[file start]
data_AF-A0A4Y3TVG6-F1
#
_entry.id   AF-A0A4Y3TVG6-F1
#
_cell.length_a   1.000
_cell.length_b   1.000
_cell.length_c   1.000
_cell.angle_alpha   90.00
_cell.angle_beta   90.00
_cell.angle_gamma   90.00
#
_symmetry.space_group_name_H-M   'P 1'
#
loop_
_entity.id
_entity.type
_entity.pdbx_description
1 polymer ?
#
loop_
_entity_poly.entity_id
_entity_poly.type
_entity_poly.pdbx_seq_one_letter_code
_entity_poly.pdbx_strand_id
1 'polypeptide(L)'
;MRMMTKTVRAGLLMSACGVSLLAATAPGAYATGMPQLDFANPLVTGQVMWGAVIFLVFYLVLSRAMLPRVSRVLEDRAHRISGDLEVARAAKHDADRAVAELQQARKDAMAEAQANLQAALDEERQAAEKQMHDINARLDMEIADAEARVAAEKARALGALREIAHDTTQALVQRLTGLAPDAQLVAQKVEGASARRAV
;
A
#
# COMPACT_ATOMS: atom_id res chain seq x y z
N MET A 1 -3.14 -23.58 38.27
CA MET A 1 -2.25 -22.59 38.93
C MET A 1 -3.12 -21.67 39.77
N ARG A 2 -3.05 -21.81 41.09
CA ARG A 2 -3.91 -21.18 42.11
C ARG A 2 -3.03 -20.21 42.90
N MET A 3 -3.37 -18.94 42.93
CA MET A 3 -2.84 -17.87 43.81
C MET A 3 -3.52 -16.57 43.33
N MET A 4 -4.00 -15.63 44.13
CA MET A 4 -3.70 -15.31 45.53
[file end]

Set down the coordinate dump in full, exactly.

data_AF-A0A4Y3TVG6-F1
#
_entry.id   AF-A0A4Y3TVG6-F1
#
_cell.length_a   1.000
_cell.length_b   1.000
_cell.length_c   1.000
_cell.angle_alpha   90.00
_cell.angle_beta   90.00
_cell.angle_gamma   90.00
#
_symmetry.space_group_name_H-M   'P 1'
#
loop_
_entity.id
_entity.type
_entity.pdbx_description
1 polymer ?
#
loop_
_entity_poly.entity_id
_entity_poly.type
_entity_poly.pdbx_seq_one_letter_code
_entity_poly.pdbx_strand_id
1 'polypeptide(L)'
;MRMMTKTVRAGLLMSACGVSLLAATAPGAYATGMPQLDFANPLVTGQVMWGAVIFLVFYLVLSRAMLPRVSRVLEDRAHRISGDLEVARAAKHDADRAVAELQQARKDAMAEAQANLQAALDEERQAAEKQMHDINARLDMEIADAEARVAAEKARALGALREIAHDTTQALVQRLTGLAPDAQLVAQKVEGASARRAV
;
A
#
# COMPACT_ATOMS: atom_id res chain seq x y z
N MET A 1 -3.14 -23.58 38.27
CA MET A 1 -2.25 -22.59 38.93
C MET A 1 -3.12 -21.67 39.77
N ARG A 2 -3.05 -21.81 41.09
CA ARG A 2 -3.91 -21.18 42.11
C ARG A 2 -3.03 -20.21 42.90
N MET A 3 -3.37 -18.94 42.93
CA MET A 3 -2.84 -17.87 43.81
C MET A 3 -3.52 -16.57 43.33
N MET A 4 -4.00 -15.63 44.13
CA MET A 4 -3.70 -15.31 45.53